What if it's not just al-Qaeda?
“Shocking”. That was the general assessment in the UK in July 2005 as the public learned that the London bombers were British. In 2007, it is the UK medical community that is in shock in discovering that the London and Glascow bombers worked in their field.
Above all, these revelations damaged the reputation of British investigators who were working overtime to prevent such attacks. In both cases, the terrorist profile did not correspond to that drawn up by police.
The first conclusion to be drawn is that social status and poverty have nothing to do with the root cause of terrorism. Many observers had ascribed the attraction of Jihadism or Islamism to young people to idleness, lack of education and unemployment, as was the case with the 2007 Casablanca bombers. Those behind the attacks of September 11, 2001, in the United States all had an advanced education: they were engineers, technicians or other professionals. Ayman el-Zawahiri himself is a physician just as the authors of the recent attack in London. Without forgetting that Osama Bin Laden is a very rich Saudi millionaire. Also to be noted that most of them led a quiet life, were married and had children.
But another aspect must be pointed out. Jihadist ideology does not have a national dimension. It is equally erroneous to ascribe terrorism to a specific conflict. The end of the Israeli-Palestinian problem is not going to resolve the issue. Nor is the withdrawal of US forces from Iraq. Salafist Islamic thought has, in effect, transcended nationalism to become a transnational belief. Any time there is a real or imagined threat to Islam somewhere in the world, a believer is obliged to support his co-religionists. From the independence movement in East Timor to the Afghani resistance to the former USSR or to NATO, without forgetting the Islamic veil affair or the cartoons of the Prophet, from Kosovo to Bosnia, from Lebanon to Chechnya -all these events are seen as an attack on the Islamic umma. Sitting in his living room watching the TV, a British Islamist may be feel concern as he views the images from the war in Iraq or in Afghanistan. An Egyptian Islamist is revolted by the Danish cartoons of the Prophet Mohammad, while an Algerian Islamist feels obliged to fight alongside his co-religionists in Kosovo or Chechnya.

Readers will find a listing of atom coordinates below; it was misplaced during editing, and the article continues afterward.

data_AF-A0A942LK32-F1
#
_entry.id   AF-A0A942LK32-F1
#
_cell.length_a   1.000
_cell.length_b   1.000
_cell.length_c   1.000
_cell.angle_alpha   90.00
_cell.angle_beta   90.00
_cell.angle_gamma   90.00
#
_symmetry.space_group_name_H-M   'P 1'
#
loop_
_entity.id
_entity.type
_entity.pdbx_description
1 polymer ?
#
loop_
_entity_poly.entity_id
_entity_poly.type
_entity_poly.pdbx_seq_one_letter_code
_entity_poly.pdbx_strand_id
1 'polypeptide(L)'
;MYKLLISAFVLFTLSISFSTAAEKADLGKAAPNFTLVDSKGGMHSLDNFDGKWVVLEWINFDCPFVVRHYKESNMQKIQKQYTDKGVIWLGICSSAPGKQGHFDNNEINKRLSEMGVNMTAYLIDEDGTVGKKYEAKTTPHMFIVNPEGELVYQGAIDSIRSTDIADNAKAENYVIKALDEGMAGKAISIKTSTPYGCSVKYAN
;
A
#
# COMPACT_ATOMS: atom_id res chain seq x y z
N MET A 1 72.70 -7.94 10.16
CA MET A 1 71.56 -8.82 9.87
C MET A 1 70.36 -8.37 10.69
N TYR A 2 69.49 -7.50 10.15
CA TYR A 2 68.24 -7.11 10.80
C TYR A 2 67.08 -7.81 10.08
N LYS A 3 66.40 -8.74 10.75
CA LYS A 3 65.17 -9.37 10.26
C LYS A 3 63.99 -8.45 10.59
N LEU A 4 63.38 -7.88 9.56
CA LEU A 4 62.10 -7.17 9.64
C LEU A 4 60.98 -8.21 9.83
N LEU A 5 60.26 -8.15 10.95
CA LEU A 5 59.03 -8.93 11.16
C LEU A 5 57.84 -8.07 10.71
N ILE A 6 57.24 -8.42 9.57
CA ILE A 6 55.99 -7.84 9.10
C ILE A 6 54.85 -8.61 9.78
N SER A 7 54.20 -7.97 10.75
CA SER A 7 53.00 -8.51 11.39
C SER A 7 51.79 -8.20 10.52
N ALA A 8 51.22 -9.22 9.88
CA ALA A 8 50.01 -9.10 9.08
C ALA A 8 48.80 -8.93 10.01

Thus, globalization and the blossoming of means of communication (Internet, cable TV) are going to help Islamist ideology to spread rapidly and efficiently, chipping away at the nationalist or moderate Islamist domain. Hence, to the Salafists, modern states, democracy and human rights are all manifestations of Westernism which aim at sullying “pure Islam”. Suddenly, the enemies of Islam are not only non-Muslims, but any Muslim who associates with and accepts the different Western systems. The recent message from Zawahiri a few days ago confirms the shift to attacking Arab political regimes and pro-Western Muslims.
Obviously, this analysis inspires little optimism because the multiplication of Islamist actors throughout the world is not solely based on an international terrorism network linked to al-Qaeda. Islamist cells in Western countries and even in the Near and Middle East are proliferating more and more on their own. Thus, there exists millions of anonymous actors ready to enter into action at any time, in Great Britain, in the United States, in Spain, in Morocco, or in Lebanon without a direct link to the shadowy Osama Bin Laden. Today, al-Qaeda no longer appears to be an organization that directs a international terrorist network. It is merely the most well-know entity of a Jihadist movement founded on engaged and violent Islamist ideology.